Alpha opens multi-million dollar new safety facility in Julian - Clarksburg, Morgantown: News, Sports, Weather

Alpha opens multi-million dollar new safety facility in Julian

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Alpha Natural Resources, one of the biggest players in the coal industry, has opened the doors at a mine safety facility it says is unlike any other in the world.

The academy, based in Julian, was opened to West Virginia media and other guests for a tour on Thursday. The facility includes classroom space for up to 300 people; a mine lab with 96,000 square feet of simulated mine situations and conditions; a virtual reality theater with a 3-D underground cut sequence simulator; a virtual reality lab with simulators for a continuous mining machine, roof bolter, scoop and haul truck; labs for electrical and maintenance skills training; and facilities and equipment for supervisory leadership skills training.

"The success of our company and industry starts with safety," said Kevin Crutchfield, chairman and CEO of Alpha Natural Resources. "The Running Right Leadership Academy is the culmination of years of planning and hard work, and we are proud to have brought this concept to reality. The scale and scope of the facility is the first of its kind in the industry, demonstrating our leadership and commitment to the well-being of our employees." 

The company was required to build the facility through a non-prosecution agreement forged between Alpha and the U.S. Attorney General's office. Alpha Natural Resources acquired Massey Energy, the owner of the Upper Big Branch mine.

Crutchfield said the facility is something the company "had in mind for a really long time" even before the agreement. He said that U.S. Attorney was very supportive of the concept.

"It is a lot of money," Crutchfield said. "But, a core value is a core value."

The attorney general is investigating the events leading up to the explosion of Massey's Upper Big Branch mine that claimed the lives of 29 coal miners in Raleigh County.

"The bottom line is this facility is going to put us in a position to prepare every one of our workers to go home safely every night, perform their duties and be more highly skilled," said Paul Vining, president of Alpha Natural Resources.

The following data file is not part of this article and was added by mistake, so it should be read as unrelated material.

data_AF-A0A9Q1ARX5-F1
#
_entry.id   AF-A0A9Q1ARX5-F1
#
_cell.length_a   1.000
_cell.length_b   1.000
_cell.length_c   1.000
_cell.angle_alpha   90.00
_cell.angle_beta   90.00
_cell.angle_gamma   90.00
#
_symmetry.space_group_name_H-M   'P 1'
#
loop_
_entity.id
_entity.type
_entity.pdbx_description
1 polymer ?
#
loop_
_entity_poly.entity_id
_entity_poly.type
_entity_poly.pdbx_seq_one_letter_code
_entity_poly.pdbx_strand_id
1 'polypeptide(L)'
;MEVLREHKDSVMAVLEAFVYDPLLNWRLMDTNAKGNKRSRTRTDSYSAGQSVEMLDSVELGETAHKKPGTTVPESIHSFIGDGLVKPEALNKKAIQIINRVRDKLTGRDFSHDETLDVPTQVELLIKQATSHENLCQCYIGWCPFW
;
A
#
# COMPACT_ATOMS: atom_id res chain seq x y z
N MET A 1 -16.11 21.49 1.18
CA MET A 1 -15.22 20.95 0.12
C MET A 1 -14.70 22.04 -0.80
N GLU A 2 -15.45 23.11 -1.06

In addition to the academy, the company also established the Alpha Foundation for the Improvement of Mine Safety and Health, donating $48 million to that effort. In total, about $80 million of the $209 million settlement is dedicated to improving mine safety at Alpha mines.

The training complex allows miners to simulate conditions in physically recreated mines and in three-dimensional simulations. At the facility, miners can learn welding, operation of equipment such as a continuous miner and other day-to-day operations of coal facility in addition to emergency preparedness.

"Coal runs deep in West Virginia. It employs thousands of our people and contributes to the economic development of our communities," said West Virginia Gov. Earl Ray Tomblin in a statement issued by the company. "We need to ensure that miners return home safely after every shift. The Running Right Leadership Academy marks a major advance in that goal. We are proud to host this world-class facility in our state and believe that it will become a beacon for safety throughout the industry." 

According to Alpha, the company has invested approximately $23 million into the facility and development of the curriculum, which is extensive and integrates a broad range of subject areas including technical, safety and leadership skills. It is intended to train both underground and surface miners as well as office personnel.

"The Alpha Academy is an extension of Alpha's employee-driven Running Right safety philosophy, which focuses on eliminating at-risk behavior through employee observation and reporting," Crutchfield said. "Our ultimate aim is to further improve employee safety and regulatory performance so that we move closer to zero safety related incidents."

Crutchfield said that once "the bugs are worked out," the facility will be open to other coal mining companies as well.

Cheryl Stapleton, director of leadership and development, said the program is not yet fully staffed but currently employs twelve people.

"We're really tapping into a subject matter expert pool through our operations and production group as well as our safety," Stapleton said. Those employees are then employed as adjunct employers.

U.S. Mine Safety and Health Administration Secretary Joe Main was on hand for the event and said the Running Right Leadership Academy should be considered an important turning point for mine safety. He said that Alpha has done a good job of shifting its safety culture into former Massey operations.